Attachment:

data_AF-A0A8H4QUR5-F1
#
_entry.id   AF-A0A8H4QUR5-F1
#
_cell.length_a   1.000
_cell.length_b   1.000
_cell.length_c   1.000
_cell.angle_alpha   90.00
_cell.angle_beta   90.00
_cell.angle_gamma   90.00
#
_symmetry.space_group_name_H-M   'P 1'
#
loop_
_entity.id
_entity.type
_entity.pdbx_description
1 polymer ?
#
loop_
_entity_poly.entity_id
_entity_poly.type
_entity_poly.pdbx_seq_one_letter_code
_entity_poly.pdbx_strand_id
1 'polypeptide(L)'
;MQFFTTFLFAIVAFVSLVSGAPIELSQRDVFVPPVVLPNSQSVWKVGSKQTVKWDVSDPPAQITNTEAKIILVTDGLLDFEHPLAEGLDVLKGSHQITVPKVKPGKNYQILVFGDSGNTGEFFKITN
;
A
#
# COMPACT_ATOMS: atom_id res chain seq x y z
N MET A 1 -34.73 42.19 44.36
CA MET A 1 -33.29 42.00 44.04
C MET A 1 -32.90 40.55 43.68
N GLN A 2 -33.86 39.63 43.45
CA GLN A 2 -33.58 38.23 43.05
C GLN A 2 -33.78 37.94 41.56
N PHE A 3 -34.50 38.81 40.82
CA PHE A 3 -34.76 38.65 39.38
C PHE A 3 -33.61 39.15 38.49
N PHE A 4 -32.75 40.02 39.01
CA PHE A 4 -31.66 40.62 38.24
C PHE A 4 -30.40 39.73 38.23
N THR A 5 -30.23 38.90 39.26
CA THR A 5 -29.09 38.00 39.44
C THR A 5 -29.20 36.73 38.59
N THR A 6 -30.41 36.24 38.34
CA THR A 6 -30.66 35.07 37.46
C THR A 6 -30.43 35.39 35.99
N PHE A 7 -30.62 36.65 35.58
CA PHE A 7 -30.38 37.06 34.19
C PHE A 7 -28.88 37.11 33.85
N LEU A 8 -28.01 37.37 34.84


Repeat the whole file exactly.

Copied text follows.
data_AF-A0A8H4QUR5-F1
#
_entry.id   AF-A0A8H4QUR5-F1
#
_cell.length_a   1.000
_cell.length_b   1.000
_cell.length_c   1.000
_cell.angle_alpha   90.00
_cell.angle_beta   90.00
_cell.angle_gamma   90.00
#
_symmetry.space_group_name_H-M   'P 1'
#
loop_
_entity.id
_entity.type
_entity.pdbx_description
1 polymer ?
#
loop_
_entity_poly.entity_id
_entity_poly.type
_entity_poly.pdbx_seq_one_letter_code
_entity_poly.pdbx_strand_id
1 'polypeptide(L)'
;MQFFTTFLFAIVAFVSLVSGAPIELSQRDVFVPPVVLPNSQSVWKVGSKQTVKWDVSDPPAQITNTEAKIILVTDGLLDFEHPLAEGLDVLKGSHQITVPKVKPGKNYQILVFGDSGNTGEFFKITN
;
A
#
# COMPACT_ATOMS: atom_id res chain seq x y z
N MET A 1 -34.73 42.19 44.36
CA MET A 1 -33.29 42.00 44.04
C MET A 1 -32.90 40.55 43.68
N GLN A 2 -33.86 39.63 43.45
CA GLN A 2 -33.58 38.23 43.05
C GLN A 2 -33.78 37.94 41.56
N PHE A 3 -34.50 38.81 40.82
CA PHE A 3 -34.76 38.65 39.38
C PHE A 3 -33.61 39.15 38.49
N PHE A 4 -32.75 40.02 39.01
CA PHE A 4 -31.66 40.62 38.24
C PHE A 4 -30.40 39.73 38.23
N THR A 5 -30.23 38.90 39.26
CA THR A 5 -29.09 38.00 39.44
C THR A 5 -29.20 36.73 38.59
N THR A 6 -30.41 36.24 38.34
CA THR A 6 -30.66 35.07 37.46
C THR A 6 -30.43 35.39 35.99
N PHE A 7 -30.62 36.65 35.58
CA PHE A 7 -30.38 37.06 34.19
C PHE A 7 -28.88 37.11 33.85
N LEU A 8 -28.01 37.37 34.84